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Irish roll the dice

ANYONE under the age of 20 will have no clear memories of Liechtenstein and that fateful night on the side of an Alp when Ireland's football reputation fell down a hole.

It couldn't happen again on a different mountain top in a different country, could it? Is there any real chance that Giovanni Trapattoni's |hidebound adherence to one way, and one way alone, could lead to another awful night to |add to the list. Cyprus, San Marino and now Andorra la Vella?

None of the bad days in Ireland's football history could have been predicted in advance and while that stomach-churning defeat by Cyprus during Steve Staunton's time was the worst in terms of points and status lost, the draw with Liechtenstein was probably the nadir.

Hindsight tells us that Cyprus were making big strides at the time towards an increased profile as a football nation and, since then, they have beaten good international teams and broken into the Champions League group stage at club level.

Aberration

San Marino was an extraordinary aberration brought about by the crazy appointment of Steve Staunton when he was not equipped for the job and his attempt to manage a squad of players with a brittle group personality and a sour view of the world. At least they left with three points, however hard won they were.

But the Liechtenstein result came after USA 1994 and with Ireland riding high in the world rankings on the back of a decade of good times.

Sure, Jack Charlton lost some key men before the game such as Roy Keane and Andy Townsend but the opposition was so bad that the idea of a draw never entered anyone's head.

Talk to some of the men involved that day and it quickly becomes clear that it was an accumulation of factors which brought Ireland low in Liechtenstein.

Four days of preparation in a hotel on the outskirts of Limerick amounted to a grand pub crawl which ended with a full meal in Harry Ramsden's and the cutting of a ribbon on a pub in Tallaght before the squad flew to Zurich and a date with destiny.

By then, Charlton had lost control. His play

ers were folk heroes and everywhere they went pints were produced to celebrate great days gone by, but the manager didn't really understand how far into excess his squad had delved.

They indulged themselves to the limit and beyond and with them, the younger men recently introduced to the squad. Heavy drinking and the full exploration of the delights delivered by iconic status were as much a part of match preparation as a discussion of the relative strengths of the opposition.

That is a legacy the team is still living with. Charlton's team was given enormous latitude by supporters and even management because of what they had done and those who came later lived the life but didn't deliver on the pitch until 2002.

Circus

The circus had to end sometime and it would be fair to say that Charlton's great run hit the buffers in Eschen and even though Ireland reached a never-to-be-forgotten play-off against the Dutch at Anfield, the wheels came off in a rich man's bank vault high in the Swiss Alps.

Trapattoni had to cope with a similar disregard for the fine points of big match preparation when his players went AWOL in North Co Dublin but nothing like the same scale of madness.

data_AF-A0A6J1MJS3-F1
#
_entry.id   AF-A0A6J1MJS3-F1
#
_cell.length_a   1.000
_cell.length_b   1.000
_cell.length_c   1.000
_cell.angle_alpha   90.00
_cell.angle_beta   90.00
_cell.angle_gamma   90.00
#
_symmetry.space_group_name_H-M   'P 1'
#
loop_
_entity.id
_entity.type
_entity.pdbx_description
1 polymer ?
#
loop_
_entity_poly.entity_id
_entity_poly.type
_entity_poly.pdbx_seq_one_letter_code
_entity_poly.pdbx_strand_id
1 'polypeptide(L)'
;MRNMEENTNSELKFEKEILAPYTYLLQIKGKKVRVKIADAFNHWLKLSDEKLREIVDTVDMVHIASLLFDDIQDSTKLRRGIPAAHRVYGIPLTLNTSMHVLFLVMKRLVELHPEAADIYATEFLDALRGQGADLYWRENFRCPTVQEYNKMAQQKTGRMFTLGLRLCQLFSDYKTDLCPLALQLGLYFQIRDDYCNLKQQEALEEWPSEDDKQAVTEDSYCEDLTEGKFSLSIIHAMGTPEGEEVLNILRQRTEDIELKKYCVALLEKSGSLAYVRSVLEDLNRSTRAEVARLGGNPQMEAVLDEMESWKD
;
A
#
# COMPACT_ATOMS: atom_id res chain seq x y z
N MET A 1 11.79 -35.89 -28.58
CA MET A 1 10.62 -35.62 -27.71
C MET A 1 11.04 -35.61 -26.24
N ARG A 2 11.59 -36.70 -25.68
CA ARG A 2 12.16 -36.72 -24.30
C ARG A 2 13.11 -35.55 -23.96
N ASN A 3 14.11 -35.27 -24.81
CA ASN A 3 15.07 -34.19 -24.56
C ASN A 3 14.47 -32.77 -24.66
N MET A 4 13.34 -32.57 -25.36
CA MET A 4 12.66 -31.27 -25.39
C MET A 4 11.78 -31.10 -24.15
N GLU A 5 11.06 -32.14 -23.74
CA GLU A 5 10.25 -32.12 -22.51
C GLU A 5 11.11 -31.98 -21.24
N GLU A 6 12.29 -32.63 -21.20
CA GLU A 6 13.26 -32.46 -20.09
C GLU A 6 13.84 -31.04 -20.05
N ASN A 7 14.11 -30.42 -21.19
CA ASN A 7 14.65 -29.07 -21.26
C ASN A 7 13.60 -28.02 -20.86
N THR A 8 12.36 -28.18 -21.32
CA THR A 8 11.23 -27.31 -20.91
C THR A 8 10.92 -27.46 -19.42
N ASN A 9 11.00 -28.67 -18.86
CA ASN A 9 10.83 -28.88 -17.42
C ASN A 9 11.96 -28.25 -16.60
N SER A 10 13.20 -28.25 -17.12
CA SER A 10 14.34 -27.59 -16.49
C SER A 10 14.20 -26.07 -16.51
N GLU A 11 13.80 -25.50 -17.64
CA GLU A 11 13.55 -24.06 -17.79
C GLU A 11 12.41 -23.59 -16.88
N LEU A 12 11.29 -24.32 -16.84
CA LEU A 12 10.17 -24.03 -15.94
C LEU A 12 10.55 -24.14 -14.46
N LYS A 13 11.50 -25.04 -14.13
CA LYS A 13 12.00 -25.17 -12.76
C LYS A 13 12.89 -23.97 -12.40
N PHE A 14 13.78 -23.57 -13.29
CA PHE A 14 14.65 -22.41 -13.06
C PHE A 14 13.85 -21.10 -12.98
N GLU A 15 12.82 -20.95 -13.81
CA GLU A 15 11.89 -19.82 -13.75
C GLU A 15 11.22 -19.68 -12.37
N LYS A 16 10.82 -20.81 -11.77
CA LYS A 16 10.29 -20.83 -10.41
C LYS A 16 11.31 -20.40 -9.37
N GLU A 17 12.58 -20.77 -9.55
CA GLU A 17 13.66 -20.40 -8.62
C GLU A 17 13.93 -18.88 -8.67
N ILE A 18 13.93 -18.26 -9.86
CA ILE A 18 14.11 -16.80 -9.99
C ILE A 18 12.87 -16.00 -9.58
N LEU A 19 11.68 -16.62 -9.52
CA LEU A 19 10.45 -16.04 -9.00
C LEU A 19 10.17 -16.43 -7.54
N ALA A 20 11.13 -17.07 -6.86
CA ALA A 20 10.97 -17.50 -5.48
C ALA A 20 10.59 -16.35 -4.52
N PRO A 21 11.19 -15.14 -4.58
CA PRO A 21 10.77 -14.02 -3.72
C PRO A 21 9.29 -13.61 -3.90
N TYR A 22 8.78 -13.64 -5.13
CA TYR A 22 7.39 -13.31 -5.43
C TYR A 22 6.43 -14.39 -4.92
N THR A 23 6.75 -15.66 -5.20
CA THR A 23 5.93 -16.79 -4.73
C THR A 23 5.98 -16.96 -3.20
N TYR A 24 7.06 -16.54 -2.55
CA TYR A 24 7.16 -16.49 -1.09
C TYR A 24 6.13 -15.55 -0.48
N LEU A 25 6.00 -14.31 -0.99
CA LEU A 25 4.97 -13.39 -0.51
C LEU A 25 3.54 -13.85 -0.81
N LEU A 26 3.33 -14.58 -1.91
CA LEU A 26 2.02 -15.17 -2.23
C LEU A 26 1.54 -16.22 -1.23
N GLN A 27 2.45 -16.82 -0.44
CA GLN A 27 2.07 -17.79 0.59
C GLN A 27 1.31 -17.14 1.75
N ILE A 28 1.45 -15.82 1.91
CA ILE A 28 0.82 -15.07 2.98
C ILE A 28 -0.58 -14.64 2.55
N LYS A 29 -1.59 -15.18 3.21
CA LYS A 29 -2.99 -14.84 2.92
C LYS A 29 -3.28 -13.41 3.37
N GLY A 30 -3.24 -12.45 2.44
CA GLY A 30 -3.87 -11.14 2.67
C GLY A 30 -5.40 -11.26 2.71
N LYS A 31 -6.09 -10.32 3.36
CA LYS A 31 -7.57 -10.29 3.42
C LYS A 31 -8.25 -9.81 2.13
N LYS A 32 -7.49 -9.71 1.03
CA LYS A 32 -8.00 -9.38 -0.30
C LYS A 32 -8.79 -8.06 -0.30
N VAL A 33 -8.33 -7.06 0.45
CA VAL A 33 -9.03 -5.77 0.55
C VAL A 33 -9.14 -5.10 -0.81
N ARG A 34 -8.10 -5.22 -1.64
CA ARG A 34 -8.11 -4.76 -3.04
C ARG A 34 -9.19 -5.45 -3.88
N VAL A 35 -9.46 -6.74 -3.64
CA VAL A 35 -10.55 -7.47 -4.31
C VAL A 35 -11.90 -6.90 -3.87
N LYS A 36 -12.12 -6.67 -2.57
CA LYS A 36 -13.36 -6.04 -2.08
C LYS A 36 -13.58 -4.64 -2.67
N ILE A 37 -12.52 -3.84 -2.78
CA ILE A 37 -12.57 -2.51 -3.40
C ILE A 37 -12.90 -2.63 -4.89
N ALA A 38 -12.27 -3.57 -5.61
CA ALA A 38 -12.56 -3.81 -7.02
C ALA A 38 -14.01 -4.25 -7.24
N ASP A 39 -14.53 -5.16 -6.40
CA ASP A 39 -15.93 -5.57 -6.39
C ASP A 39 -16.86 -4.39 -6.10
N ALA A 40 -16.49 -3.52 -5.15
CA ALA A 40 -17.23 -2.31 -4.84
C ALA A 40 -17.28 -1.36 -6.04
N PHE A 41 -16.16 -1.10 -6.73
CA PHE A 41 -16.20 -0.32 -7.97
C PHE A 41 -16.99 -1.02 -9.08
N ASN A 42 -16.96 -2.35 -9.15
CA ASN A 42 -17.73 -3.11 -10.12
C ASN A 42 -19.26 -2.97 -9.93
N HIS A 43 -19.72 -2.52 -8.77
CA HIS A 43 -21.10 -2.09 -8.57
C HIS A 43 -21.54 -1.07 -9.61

For those of us tasked with faithfully reporting the highs and lows of the Charlton era, recent events in Ireland's base in Portmarnock would have been nothing more than an aperitif before the main event.

Trapattoni met reports of late night carousing with a grandfatherly concern in public but he was privately furious that discipline was ignored and, behind the scenes, hard words were spoken. The players have been, relatively speaking, on their best behaviour ever since. The days we are living through have all but outlawed excess on any serious scale and what was easily forgiven in the 1990s is no longer acceptable.

Add to that the fact the geography of football has changed to such a degree that those representing a small principality high in the Pyrenees are no longer considered ripe for a huge and very positive spike on the goal difference front.

Yet for all the improvement seen among football's perennial minnows, Andorra have scored just one goal in this campaign to date and that was the one which gave Trapattoni a dose of the jitters in the Aviva a year ago. Maybe that is why there is a real concern among fans and pundits about tomorrow night's penultimate Group B qualifier.

It is not difficult to understand why this should be the case. Trap's one-dimensional approach to international football as Ireland manager conjures up all sorts of worrying scenarios in Andorra.

Subtlety

Charlton didn't have a Plan B in 1995 and when a touch more subtlety and a few more passes would have easily unhinged Liechtenstein, devotion to a |system above all else was both Ireland's greatest strength and greatest weakness.

Trapattoni has been foostering around with the makings of a Plan B and seemed to be tinkering with a five-man midfield at Espanyol's training ground in Barcelona yesterday.

But when it comes to the crunch, he will change nothing and all we can do is throw the dice and pray that Andorra stick to their part in the unfolding Group B drama and behave like the cannon-fodder they should be to a squad of highly paid Premier League professionals who should be able to win this game with their eyes shut.